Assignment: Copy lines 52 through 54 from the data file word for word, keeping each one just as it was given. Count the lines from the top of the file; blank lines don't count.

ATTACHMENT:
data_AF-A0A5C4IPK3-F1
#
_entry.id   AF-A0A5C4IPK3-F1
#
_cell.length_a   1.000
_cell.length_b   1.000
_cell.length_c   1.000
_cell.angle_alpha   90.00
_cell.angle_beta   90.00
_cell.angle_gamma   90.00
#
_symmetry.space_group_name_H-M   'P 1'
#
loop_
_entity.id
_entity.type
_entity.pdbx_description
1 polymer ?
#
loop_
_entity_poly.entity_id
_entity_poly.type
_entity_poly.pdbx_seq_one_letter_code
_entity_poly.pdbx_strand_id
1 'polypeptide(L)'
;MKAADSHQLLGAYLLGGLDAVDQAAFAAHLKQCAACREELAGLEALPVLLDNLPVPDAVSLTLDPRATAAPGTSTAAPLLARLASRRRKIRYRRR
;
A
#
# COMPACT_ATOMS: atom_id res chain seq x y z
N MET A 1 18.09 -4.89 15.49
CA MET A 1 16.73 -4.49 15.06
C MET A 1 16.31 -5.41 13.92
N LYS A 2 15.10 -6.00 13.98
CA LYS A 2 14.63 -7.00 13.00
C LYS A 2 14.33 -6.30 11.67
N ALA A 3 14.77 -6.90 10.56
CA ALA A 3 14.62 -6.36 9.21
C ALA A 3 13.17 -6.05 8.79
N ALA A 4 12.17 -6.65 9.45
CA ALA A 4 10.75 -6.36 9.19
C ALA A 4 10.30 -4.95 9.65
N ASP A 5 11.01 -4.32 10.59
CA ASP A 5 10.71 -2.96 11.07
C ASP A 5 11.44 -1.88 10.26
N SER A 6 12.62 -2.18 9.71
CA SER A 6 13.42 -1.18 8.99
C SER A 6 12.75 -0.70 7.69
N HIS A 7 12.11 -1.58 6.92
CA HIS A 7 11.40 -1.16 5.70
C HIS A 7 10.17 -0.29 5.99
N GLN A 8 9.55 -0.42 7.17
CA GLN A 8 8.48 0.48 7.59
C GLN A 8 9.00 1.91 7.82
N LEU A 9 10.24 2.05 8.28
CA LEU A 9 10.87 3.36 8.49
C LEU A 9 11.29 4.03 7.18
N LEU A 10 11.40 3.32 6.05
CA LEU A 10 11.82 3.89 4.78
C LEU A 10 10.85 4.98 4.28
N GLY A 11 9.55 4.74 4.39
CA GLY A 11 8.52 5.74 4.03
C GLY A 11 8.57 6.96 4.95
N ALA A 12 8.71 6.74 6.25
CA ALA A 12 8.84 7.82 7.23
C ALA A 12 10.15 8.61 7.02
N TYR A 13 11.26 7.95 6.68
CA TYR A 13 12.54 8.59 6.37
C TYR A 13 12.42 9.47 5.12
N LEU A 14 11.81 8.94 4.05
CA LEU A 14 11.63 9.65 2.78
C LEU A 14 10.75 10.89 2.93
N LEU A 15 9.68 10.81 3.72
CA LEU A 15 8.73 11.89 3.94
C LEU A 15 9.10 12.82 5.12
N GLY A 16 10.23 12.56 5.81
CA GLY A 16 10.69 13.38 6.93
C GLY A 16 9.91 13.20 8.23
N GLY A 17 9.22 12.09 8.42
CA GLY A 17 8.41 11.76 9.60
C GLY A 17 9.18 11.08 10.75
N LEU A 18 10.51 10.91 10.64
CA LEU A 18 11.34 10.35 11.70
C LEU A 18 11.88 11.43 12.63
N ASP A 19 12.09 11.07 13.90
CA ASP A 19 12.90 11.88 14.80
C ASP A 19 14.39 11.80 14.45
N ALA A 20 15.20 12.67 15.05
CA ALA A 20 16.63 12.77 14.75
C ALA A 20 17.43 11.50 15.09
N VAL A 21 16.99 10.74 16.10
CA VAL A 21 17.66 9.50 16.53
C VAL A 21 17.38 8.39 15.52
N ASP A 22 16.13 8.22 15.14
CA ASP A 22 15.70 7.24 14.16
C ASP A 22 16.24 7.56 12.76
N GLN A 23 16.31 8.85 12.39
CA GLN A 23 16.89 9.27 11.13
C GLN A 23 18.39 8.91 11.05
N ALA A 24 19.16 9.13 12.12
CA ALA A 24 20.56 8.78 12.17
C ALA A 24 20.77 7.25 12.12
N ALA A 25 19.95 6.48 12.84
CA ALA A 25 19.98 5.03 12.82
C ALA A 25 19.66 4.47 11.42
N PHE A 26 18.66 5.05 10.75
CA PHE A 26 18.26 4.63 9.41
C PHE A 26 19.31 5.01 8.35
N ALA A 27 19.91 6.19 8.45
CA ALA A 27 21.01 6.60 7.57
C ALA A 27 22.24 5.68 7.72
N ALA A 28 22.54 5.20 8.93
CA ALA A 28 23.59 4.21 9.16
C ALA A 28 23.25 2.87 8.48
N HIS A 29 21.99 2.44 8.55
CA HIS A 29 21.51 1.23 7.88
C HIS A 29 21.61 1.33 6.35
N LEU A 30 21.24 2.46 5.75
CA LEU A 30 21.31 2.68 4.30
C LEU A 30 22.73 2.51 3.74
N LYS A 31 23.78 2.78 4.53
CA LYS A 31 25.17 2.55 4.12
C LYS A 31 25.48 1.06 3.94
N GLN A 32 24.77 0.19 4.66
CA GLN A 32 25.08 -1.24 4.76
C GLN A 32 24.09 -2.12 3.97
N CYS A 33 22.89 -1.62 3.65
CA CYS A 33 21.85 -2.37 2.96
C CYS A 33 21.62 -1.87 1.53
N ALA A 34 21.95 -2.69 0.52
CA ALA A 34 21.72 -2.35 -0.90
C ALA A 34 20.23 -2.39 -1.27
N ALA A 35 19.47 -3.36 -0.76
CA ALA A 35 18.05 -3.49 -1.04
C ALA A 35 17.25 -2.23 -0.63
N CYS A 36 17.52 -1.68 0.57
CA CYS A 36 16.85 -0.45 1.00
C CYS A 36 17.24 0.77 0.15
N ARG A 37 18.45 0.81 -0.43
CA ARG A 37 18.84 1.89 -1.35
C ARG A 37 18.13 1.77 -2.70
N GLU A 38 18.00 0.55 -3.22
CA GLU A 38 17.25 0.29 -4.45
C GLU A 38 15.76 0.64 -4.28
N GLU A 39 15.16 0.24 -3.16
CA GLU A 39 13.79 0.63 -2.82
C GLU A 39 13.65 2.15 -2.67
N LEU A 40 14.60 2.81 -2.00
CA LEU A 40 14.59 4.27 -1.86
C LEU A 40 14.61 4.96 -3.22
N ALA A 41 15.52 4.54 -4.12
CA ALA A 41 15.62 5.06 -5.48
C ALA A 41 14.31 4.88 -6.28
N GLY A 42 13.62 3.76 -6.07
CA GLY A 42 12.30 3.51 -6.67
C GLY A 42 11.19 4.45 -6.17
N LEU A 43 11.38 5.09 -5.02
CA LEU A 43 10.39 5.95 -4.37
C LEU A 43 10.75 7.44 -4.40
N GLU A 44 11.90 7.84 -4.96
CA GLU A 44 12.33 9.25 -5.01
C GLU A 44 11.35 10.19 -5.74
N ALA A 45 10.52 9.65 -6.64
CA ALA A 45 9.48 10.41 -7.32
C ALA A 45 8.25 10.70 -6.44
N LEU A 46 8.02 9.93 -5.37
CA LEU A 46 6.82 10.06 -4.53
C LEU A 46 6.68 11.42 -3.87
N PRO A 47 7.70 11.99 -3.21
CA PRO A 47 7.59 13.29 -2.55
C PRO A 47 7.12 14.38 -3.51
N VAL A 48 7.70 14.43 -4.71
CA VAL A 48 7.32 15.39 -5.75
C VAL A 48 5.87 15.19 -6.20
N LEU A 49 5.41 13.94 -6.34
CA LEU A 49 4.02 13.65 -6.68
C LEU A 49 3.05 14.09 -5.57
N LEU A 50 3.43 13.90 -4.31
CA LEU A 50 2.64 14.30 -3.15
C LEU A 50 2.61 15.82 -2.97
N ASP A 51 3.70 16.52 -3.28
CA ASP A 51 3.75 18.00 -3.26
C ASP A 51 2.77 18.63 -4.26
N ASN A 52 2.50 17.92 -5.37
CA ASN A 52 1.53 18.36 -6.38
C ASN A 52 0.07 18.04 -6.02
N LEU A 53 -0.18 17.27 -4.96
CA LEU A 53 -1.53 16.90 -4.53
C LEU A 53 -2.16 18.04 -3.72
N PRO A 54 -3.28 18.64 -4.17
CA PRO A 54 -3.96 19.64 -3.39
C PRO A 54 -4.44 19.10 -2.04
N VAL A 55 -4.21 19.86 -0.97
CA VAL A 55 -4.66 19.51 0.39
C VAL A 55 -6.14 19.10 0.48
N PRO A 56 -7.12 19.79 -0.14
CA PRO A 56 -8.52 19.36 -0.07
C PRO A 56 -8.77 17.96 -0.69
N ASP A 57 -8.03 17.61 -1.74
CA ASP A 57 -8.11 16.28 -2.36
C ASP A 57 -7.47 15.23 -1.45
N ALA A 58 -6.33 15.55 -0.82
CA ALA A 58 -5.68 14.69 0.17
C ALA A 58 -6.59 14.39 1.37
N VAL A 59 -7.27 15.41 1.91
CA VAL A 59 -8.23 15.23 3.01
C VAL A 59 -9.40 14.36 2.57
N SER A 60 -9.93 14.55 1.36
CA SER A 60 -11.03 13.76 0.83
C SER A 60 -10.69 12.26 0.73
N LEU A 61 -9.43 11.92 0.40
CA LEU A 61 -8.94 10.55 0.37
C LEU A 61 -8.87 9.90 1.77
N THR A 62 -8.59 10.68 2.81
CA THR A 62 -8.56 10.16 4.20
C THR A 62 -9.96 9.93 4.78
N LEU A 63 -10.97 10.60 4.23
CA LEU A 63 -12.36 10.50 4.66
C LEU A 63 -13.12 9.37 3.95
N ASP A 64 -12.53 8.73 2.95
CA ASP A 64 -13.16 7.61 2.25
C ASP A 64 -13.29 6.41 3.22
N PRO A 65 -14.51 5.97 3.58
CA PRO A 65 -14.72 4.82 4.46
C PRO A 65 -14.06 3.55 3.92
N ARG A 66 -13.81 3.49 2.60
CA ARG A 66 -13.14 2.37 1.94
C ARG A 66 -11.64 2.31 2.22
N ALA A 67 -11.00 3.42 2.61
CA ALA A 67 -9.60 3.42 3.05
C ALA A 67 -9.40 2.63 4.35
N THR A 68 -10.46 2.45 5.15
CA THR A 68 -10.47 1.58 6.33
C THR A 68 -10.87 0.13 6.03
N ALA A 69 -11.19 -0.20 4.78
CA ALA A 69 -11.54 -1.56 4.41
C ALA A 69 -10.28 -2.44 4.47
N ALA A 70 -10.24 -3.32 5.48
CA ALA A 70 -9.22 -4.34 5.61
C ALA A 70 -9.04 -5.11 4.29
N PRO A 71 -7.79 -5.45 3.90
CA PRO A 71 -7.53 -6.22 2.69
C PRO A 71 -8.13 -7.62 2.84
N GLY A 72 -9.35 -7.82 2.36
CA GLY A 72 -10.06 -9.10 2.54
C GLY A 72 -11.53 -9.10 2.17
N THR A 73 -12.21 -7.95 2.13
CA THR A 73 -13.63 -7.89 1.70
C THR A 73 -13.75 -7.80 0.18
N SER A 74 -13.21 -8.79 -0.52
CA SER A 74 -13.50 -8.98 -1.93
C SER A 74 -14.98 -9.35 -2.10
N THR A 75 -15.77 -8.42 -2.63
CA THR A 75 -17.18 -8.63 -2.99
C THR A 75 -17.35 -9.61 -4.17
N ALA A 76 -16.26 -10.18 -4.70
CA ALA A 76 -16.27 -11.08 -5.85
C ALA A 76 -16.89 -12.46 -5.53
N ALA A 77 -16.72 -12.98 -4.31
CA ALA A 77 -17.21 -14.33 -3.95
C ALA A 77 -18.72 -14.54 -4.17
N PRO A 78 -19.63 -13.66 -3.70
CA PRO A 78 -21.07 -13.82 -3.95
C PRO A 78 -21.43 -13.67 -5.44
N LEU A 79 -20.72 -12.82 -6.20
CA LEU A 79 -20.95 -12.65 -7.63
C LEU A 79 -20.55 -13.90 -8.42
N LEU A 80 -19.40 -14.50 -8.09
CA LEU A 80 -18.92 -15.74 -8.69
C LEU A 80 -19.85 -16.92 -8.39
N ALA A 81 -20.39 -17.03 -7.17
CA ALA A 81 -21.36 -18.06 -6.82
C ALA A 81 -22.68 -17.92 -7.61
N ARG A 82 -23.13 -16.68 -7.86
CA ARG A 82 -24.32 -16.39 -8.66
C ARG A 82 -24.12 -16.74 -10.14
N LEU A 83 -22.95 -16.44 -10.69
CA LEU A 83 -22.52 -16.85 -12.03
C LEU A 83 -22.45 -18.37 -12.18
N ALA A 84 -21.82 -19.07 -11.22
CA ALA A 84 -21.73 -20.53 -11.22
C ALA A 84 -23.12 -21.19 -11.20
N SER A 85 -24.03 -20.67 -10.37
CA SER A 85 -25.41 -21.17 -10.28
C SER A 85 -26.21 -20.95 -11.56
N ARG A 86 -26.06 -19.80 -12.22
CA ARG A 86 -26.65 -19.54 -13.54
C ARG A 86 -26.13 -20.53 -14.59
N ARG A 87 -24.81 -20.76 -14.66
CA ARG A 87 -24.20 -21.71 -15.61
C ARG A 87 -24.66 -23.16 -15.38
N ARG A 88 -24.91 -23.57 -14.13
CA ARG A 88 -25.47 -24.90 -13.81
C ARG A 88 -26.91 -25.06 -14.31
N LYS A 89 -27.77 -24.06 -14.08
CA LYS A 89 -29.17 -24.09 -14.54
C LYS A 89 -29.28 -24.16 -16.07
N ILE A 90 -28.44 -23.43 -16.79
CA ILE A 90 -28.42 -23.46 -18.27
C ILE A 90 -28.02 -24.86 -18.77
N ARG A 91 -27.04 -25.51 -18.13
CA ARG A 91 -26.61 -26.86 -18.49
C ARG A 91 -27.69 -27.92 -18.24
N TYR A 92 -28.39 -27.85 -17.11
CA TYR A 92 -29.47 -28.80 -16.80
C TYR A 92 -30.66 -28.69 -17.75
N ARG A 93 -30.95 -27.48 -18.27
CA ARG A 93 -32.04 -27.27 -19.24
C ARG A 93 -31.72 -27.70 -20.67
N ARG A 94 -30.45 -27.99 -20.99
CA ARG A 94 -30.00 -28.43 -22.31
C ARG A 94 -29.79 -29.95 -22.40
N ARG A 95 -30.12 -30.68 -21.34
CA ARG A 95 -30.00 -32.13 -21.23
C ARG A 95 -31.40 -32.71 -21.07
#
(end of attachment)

N GLN A 8 9.55 -0.42 7.17
CA GLN A 8 8.48 0.48 7.59
C GLN A 8 9.00 1.91 7.82